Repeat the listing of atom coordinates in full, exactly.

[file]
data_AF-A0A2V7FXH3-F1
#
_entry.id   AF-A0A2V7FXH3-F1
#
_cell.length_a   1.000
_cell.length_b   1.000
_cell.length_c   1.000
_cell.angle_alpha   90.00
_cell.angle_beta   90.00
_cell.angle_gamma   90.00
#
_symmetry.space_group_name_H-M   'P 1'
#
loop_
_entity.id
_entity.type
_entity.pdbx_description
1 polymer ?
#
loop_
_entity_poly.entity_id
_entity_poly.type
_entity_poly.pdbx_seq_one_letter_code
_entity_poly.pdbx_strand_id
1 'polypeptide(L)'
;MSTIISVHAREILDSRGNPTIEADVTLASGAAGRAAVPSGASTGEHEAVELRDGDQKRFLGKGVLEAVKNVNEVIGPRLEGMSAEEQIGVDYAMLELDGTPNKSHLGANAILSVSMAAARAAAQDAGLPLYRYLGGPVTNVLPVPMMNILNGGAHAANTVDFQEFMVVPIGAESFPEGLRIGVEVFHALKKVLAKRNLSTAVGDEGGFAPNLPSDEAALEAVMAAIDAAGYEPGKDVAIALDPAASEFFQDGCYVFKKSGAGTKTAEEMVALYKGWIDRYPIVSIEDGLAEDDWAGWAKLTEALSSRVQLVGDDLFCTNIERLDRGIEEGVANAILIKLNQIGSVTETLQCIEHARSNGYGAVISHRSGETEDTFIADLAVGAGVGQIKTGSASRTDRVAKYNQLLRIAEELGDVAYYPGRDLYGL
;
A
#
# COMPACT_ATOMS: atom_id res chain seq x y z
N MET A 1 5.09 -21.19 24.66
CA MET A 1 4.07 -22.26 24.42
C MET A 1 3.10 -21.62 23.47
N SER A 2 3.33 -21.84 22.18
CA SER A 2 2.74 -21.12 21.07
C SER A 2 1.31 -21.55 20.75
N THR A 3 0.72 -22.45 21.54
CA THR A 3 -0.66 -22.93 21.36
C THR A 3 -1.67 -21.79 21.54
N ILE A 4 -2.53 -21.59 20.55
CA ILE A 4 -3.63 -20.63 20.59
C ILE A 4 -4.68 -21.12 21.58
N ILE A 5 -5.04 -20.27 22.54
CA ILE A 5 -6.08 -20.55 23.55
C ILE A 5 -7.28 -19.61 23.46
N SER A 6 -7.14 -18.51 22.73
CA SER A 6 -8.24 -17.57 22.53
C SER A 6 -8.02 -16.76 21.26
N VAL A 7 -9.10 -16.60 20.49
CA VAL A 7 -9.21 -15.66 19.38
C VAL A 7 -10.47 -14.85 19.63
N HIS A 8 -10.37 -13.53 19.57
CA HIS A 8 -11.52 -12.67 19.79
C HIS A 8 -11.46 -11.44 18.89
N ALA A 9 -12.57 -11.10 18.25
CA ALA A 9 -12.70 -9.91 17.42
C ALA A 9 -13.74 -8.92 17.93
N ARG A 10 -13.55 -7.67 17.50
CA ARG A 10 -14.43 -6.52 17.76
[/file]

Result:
data_AF-A0A2V7FXH3-F1
#
_entry.id   AF-A0A2V7FXH3-F1
#
_cell.length_a   1.000
_cell.length_b   1.000
_cell.length_c   1.000
_cell.angle_alpha   90.00
_cell.angle_beta   90.00
_cell.angle_gamma   90.00
#
_symmetry.space_group_name_H-M   'P 1'
#
loop_
_entity.id
_entity.type
_entity.pdbx_description
1 polymer ?
#
loop_
_entity_poly.entity_id
_entity_poly.type
_entity_poly.pdbx_seq_one_letter_code
_entity_poly.pdbx_strand_id
1 'polypeptide(L)'
;MSTIISVHAREILDSRGNPTIEADVTLASGAAGRAAVPSGASTGEHEAVELRDGDQKRFLGKGVLEAVKNVNEVIGPRLEGMSAEEQIGVDYAMLELDGTPNKSHLGANAILSVSMAAARAAAQDAGLPLYRYLGGPVTNVLPVPMMNILNGGAHAANTVDFQEFMVVPIGAESFPEGLRIGVEVFHALKKVLAKRNLSTAVGDEGGFAPNLPSDEAALEAVMAAIDAAGYEPGKDVAIALDPAASEFFQDGCYVFKKSGAGTKTAEEMVALYKGWIDRYPIVSIEDGLAEDDWAGWAKLTEALSSRVQLVGDDLFCTNIERLDRGIEEGVANAILIKLNQIGSVTETLQCIEHARSNGYGAVISHRSGETEDTFIADLAVGAGVGQIKTGSASRTDRVAKYNQLLRIAEELGDVAYYPGRDLYGL
;
A
#
# COMPACT_ATOMS: atom_id res chain seq x y z
N MET A 1 5.09 -21.19 24.66
CA MET A 1 4.07 -22.26 24.42
C MET A 1 3.10 -21.62 23.47
N SER A 2 3.33 -21.84 22.18
CA SER A 2 2.74 -21.12 21.07
C SER A 2 1.31 -21.55 20.75
N THR A 3 0.72 -22.45 21.54
CA THR A 3 -0.66 -22.93 21.36
C THR A 3 -1.67 -21.79 21.54
N ILE A 4 -2.53 -21.59 20.55
CA ILE A 4 -3.63 -20.63 20.59
C ILE A 4 -4.68 -21.12 21.58
N ILE A 5 -5.04 -20.27 22.54
CA ILE A 5 -6.08 -20.55 23.55
C ILE A 5 -7.28 -19.61 23.46
N SER A 6 -7.14 -18.51 22.73
CA SER A 6 -8.24 -17.57 22.53
C SER A 6 -8.02 -16.76 21.26
N VAL A 7 -9.10 -16.60 20.49
CA VAL A 7 -9.21 -15.66 19.38
C VAL A 7 -10.47 -14.85 19.63
N HIS A 8 -10.37 -13.53 19.57
CA HIS A 8 -11.52 -12.67 19.79
C HIS A 8 -11.46 -11.44 18.89
N ALA A 9 -12.57 -11.10 18.25
CA ALA A 9 -12.70 -9.91 17.42
C ALA A 9 -13.74 -8.92 17.93
N ARG A 10 -13.55 -7.67 17.50
CA ARG A 10 -14.43 -6.52 17.76